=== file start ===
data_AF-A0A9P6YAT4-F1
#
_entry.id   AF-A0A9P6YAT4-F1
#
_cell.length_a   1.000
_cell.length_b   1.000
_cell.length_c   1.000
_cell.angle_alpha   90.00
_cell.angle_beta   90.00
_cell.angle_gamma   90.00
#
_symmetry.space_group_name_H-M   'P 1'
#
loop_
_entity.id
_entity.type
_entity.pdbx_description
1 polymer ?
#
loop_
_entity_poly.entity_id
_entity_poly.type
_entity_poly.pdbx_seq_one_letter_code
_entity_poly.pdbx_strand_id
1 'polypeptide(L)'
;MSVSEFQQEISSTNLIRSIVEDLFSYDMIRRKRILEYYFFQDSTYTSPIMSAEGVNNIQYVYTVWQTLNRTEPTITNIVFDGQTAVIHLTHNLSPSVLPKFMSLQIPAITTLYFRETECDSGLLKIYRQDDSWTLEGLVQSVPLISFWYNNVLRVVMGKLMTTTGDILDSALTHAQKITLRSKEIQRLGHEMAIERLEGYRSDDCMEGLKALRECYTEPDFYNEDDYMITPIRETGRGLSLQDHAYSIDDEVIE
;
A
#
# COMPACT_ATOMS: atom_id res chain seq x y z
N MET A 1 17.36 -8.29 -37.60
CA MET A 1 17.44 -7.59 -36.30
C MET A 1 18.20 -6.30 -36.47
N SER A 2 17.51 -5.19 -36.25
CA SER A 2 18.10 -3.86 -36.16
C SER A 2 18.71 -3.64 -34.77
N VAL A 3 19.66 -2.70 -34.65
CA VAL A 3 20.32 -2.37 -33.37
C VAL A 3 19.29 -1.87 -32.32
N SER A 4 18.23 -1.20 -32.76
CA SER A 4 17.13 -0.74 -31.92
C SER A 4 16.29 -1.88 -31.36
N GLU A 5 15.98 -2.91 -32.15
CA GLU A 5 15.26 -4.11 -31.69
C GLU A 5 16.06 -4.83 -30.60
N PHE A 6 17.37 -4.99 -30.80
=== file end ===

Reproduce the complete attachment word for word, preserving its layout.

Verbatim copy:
data_AF-A0A9P6YAT4-F1
#
_entry.id   AF-A0A9P6YAT4-F1
#
_cell.length_a   1.000
_cell.length_b   1.000
_cell.length_c   1.000
_cell.angle_alpha   90.00
_cell.angle_beta   90.00
_cell.angle_gamma   90.00
#
_symmetry.space_group_name_H-M   'P 1'
#
loop_
_entity.id
_entity.type
_entity.pdbx_description
1 polymer ?
#
loop_
_entity_poly.entity_id
_entity_poly.type
_entity_poly.pdbx_seq_one_letter_code
_entity_poly.pdbx_strand_id
1 'polypeptide(L)'
;MSVSEFQQEISSTNLIRSIVEDLFSYDMIRRKRILEYYFFQDSTYTSPIMSAEGVNNIQYVYTVWQTLNRTEPTITNIVFDGQTAVIHLTHNLSPSVLPKFMSLQIPAITTLYFRETECDSGLLKIYRQDDSWTLEGLVQSVPLISFWYNNVLRVVMGKLMTTTGDILDSALTHAQKITLRSKEIQRLGHEMAIERLEGYRSDDCMEGLKALRECYTEPDFYNEDDYMITPIRETGRGLSLQDHAYSIDDEVIE
;
A
#
# COMPACT_ATOMS: atom_id res chain seq x y z
N MET A 1 17.36 -8.29 -37.60
CA MET A 1 17.44 -7.59 -36.30
C MET A 1 18.20 -6.30 -36.47
N SER A 2 17.51 -5.19 -36.25
CA SER A 2 18.10 -3.86 -36.16
C SER A 2 18.71 -3.64 -34.77
N VAL A 3 19.66 -2.70 -34.65
CA VAL A 3 20.32 -2.37 -33.37
C VAL A 3 19.29 -1.87 -32.32
N SER A 4 18.23 -1.20 -32.76
CA SER A 4 17.13 -0.74 -31.92
C SER A 4 16.29 -1.88 -31.36
N GLU A 5 15.98 -2.91 -32.15
CA GLU A 5 15.26 -4.11 -31.69
C GLU A 5 16.06 -4.83 -30.60
N PHE A 6 17.37 -4.99 -30.80